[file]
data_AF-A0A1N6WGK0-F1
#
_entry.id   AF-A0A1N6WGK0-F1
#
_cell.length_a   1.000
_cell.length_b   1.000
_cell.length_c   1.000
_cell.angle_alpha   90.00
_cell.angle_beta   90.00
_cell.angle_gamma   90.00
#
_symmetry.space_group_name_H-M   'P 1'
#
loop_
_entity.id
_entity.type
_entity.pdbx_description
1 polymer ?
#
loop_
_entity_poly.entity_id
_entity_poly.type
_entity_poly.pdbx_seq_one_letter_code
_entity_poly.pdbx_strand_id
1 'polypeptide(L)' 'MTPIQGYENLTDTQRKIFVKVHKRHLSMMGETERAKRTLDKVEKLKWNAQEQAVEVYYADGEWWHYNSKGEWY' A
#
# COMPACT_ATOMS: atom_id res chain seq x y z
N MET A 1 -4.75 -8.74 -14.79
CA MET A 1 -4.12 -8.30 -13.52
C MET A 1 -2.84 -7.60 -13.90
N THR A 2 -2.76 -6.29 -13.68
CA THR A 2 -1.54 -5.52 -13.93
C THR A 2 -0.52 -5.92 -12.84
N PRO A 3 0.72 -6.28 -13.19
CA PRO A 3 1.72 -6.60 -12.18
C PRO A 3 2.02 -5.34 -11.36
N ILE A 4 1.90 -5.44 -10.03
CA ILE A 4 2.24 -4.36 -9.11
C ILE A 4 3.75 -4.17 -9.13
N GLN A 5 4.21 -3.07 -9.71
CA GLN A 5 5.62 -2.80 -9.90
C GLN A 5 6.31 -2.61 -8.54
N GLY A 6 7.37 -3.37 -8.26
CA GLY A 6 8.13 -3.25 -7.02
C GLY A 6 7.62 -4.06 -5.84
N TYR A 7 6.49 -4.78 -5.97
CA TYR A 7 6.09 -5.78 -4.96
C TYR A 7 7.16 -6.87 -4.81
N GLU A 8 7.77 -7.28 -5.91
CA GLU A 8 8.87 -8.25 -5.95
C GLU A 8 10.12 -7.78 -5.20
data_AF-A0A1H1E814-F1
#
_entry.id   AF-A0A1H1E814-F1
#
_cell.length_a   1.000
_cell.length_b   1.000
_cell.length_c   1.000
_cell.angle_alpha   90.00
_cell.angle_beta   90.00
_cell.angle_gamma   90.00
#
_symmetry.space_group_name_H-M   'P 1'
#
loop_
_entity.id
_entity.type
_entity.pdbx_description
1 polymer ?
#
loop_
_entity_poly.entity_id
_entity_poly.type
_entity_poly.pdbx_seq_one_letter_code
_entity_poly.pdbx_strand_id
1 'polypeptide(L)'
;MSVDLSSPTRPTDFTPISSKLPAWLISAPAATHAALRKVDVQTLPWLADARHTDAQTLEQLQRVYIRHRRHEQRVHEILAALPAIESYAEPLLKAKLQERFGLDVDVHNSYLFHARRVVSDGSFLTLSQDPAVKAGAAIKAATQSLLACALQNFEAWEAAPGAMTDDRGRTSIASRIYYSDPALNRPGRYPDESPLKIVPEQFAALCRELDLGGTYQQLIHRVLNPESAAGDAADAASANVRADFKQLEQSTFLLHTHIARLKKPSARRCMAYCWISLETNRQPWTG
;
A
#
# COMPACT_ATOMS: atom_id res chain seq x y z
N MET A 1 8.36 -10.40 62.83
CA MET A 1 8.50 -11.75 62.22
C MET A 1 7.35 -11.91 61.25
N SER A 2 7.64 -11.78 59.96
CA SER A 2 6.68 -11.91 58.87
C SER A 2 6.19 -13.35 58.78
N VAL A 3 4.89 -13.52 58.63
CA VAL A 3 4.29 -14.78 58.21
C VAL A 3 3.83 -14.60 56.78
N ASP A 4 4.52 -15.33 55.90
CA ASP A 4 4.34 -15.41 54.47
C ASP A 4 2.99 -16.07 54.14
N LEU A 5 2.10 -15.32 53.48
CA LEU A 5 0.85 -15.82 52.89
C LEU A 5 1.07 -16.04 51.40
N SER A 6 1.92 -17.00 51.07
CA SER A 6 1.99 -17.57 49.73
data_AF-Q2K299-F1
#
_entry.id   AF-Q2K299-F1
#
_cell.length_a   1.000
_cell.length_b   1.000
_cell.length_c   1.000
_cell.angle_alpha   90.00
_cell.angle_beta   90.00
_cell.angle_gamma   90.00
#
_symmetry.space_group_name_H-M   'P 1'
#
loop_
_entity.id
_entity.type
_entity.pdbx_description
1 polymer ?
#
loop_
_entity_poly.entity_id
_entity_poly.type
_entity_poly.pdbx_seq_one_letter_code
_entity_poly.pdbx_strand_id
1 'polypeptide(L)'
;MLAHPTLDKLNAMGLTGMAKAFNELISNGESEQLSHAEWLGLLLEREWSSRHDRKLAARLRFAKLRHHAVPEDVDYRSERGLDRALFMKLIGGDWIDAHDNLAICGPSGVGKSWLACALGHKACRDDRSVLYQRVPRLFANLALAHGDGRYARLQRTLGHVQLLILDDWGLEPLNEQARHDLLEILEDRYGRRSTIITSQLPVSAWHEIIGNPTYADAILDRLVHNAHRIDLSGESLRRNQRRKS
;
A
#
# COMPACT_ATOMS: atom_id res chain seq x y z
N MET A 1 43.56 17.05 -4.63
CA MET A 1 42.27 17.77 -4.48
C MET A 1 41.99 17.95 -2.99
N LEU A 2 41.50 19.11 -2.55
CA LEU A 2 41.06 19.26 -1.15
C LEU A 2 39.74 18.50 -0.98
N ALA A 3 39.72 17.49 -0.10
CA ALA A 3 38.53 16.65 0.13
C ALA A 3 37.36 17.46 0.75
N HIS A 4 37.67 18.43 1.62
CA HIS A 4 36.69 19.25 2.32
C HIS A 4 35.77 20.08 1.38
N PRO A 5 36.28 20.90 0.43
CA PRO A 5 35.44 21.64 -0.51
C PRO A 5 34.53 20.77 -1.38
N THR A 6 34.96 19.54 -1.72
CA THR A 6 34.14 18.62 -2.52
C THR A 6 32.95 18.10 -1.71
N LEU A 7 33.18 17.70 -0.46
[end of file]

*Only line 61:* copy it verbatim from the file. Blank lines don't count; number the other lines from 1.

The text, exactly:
_cell.angle_gamma   90.00